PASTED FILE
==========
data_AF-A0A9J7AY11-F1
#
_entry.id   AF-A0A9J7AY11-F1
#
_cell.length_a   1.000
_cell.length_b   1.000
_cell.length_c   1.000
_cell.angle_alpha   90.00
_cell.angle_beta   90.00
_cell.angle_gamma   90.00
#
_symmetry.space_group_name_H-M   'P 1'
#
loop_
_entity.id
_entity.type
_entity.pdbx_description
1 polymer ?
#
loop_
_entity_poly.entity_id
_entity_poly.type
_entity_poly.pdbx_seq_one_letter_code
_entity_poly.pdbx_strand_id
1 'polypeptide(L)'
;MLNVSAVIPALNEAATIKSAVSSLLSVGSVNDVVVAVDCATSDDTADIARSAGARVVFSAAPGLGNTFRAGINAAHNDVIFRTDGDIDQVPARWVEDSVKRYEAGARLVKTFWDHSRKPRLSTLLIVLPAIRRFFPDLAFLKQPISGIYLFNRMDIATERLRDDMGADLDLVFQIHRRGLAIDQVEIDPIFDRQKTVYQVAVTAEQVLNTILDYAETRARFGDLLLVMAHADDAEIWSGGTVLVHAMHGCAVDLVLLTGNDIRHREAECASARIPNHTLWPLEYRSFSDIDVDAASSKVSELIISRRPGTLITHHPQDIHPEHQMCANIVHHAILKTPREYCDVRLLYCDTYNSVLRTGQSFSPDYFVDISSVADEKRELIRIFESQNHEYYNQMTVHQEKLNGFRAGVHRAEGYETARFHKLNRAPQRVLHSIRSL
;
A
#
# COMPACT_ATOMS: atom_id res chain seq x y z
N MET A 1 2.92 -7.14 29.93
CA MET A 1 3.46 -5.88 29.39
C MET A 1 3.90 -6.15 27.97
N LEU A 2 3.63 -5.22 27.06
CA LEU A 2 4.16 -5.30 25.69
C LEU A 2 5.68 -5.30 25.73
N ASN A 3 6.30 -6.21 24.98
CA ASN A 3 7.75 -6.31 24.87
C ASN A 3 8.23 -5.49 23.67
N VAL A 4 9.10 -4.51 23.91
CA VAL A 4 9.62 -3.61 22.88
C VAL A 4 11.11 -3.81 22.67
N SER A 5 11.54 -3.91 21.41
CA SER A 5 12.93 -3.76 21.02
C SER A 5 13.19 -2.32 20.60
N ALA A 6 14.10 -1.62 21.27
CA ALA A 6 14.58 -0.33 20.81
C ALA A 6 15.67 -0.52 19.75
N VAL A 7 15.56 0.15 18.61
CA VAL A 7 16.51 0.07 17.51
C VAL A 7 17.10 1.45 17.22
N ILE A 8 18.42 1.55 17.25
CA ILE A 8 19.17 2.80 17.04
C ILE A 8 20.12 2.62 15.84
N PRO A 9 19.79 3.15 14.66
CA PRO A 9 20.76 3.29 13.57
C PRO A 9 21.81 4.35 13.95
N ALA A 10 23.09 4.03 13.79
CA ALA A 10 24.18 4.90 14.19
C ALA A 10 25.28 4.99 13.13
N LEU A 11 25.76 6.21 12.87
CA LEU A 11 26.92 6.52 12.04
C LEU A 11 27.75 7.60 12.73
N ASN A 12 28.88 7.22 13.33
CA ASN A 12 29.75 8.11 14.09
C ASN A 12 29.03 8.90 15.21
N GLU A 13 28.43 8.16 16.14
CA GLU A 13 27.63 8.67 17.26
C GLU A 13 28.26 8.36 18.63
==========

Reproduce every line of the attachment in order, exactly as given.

data_AF-A0A9J7AY11-F1
#
_entry.id   AF-A0A9J7AY11-F1
#
_cell.length_a   1.000
_cell.length_b   1.000
_cell.length_c   1.000
_cell.angle_alpha   90.00
_cell.angle_beta   90.00
_cell.angle_gamma   90.00
#
_symmetry.space_group_name_H-M   'P 1'
#
loop_
_entity.id
_entity.type
_entity.pdbx_description
1 polymer ?
#
loop_
_entity_poly.entity_id
_entity_poly.type
_entity_poly.pdbx_seq_one_letter_code
_entity_poly.pdbx_strand_id
1 'polypeptide(L)'
;MLNVSAVIPALNEAATIKSAVSSLLSVGSVNDVVVAVDCATSDDTADIARSAGARVVFSAAPGLGNTFRAGINAAHNDVIFRTDGDIDQVPARWVEDSVKRYEAGARLVKTFWDHSRKPRLSTLLIVLPAIRRFFPDLAFLKQPISGIYLFNRMDIATERLRDDMGADLDLVFQIHRRGLAIDQVEIDPIFDRQKTVYQVAVTAEQVLNTILDYAETRARFGDLLLVMAHADDAEIWSGGTVLVHAMHGCAVDLVLLTGNDIRHREAECASARIPNHTLWPLEYRSFSDIDVDAASSKVSELIISRRPGTLITHHPQDIHPEHQMCANIVHHAILKTPREYCDVRLLYCDTYNSVLRTGQSFSPDYFVDISSVADEKRELIRIFESQNHEYYNQMTVHQEKLNGFRAGVHRAEGYETARFHKLNRAPQRVLHSIRSL
;
A
#
# COMPACT_ATOMS: atom_id res chain seq x y z
N MET A 1 2.92 -7.14 29.93
CA MET A 1 3.46 -5.88 29.39
C MET A 1 3.90 -6.15 27.97
N LEU A 2 3.63 -5.22 27.06
CA LEU A 2 4.16 -5.30 25.69
C LEU A 2 5.68 -5.30 25.73
N ASN A 3 6.30 -6.21 24.98
CA ASN A 3 7.75 -6.31 24.87
C ASN A 3 8.23 -5.49 23.67
N VAL A 4 9.10 -4.51 23.91
CA VAL A 4 9.62 -3.61 22.88
C VAL A 4 11.11 -3.81 22.67
N SER A 5 11.54 -3.91 21.41
CA SER A 5 12.93 -3.76 21.02
C SER A 5 13.19 -2.32 20.60
N ALA A 6 14.10 -1.62 21.27
CA ALA A 6 14.58 -0.33 20.81
C ALA A 6 15.67 -0.52 19.75
N VAL A 7 15.56 0.15 18.61
CA VAL A 7 16.51 0.07 17.51
C VAL A 7 17.10 1.45 17.22
N ILE A 8 18.42 1.55 17.25
CA ILE A 8 19.17 2.80 17.04
C ILE A 8 20.12 2.62 15.84
N PRO A 9 19.79 3.15 14.66
CA PRO A 9 20.76 3.29 13.57
C PRO A 9 21.81 4.35 13.95
N ALA A 10 23.09 4.03 13.79
CA ALA A 10 24.18 4.90 14.19
C ALA A 10 25.28 4.99 13.13
N LEU A 11 25.76 6.21 12.87
CA LEU A 11 26.92 6.52 12.04
C LEU A 11 27.75 7.60 12.73
N ASN A 12 28.88 7.22 13.33
CA ASN A 12 29.75 8.11 14.09
C ASN A 12 29.03 8.90 15.21
N GLU A 13 28.43 8.16 16.14
CA GLU A 13 27.63 8.67 17.26
C GLU A 13 28.26 8.36 18.63